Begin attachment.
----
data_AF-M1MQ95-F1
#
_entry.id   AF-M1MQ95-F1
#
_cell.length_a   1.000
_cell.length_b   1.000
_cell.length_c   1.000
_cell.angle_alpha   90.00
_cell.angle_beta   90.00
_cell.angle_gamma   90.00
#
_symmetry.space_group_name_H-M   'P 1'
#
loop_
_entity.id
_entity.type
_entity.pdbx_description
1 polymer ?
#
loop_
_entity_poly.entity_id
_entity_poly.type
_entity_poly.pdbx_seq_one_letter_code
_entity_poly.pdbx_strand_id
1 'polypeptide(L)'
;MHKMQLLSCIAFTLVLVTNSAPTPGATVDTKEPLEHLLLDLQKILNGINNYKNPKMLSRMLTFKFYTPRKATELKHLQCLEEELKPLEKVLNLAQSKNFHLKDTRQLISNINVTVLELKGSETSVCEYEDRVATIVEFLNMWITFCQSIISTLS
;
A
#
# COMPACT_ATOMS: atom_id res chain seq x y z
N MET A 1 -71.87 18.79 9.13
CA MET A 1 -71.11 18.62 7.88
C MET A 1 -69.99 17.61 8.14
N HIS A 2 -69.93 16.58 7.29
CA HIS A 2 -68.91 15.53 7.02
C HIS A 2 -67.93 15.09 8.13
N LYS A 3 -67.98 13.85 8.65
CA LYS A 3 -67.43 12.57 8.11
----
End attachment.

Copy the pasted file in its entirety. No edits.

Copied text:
data_AF-M1MQ95-F1
#
_entry.id   AF-M1MQ95-F1
#
_cell.length_a   1.000
_cell.length_b   1.000
_cell.length_c   1.000
_cell.angle_alpha   90.00
_cell.angle_beta   90.00
_cell.angle_gamma   90.00
#
_symmetry.space_group_name_H-M   'P 1'
#
loop_
_entity.id
_entity.type
_entity.pdbx_description
1 polymer ?
#
loop_
_entity_poly.entity_id
_entity_poly.type
_entity_poly.pdbx_seq_one_letter_code
_entity_poly.pdbx_strand_id
1 'polypeptide(L)'
;MHKMQLLSCIAFTLVLVTNSAPTPGATVDTKEPLEHLLLDLQKILNGINNYKNPKMLSRMLTFKFYTPRKATELKHLQCLEEELKPLEKVLNLAQSKNFHLKDTRQLISNINVTVLELKGSETSVCEYEDRVATIVEFLNMWITFCQSIISTLS
;
A
#
# COMPACT_ATOMS: atom_id res chain seq x y z
N MET A 1 -71.87 18.79 9.13
CA MET A 1 -71.11 18.62 7.88
C MET A 1 -69.99 17.61 8.14
N HIS A 2 -69.93 16.58 7.29
CA HIS A 2 -68.91 15.53 7.02
C HIS A 2 -67.93 15.09 8.13
N LYS A 3 -67.98 13.85 8.65
CA LYS A 3 -67.43 12.57 8.11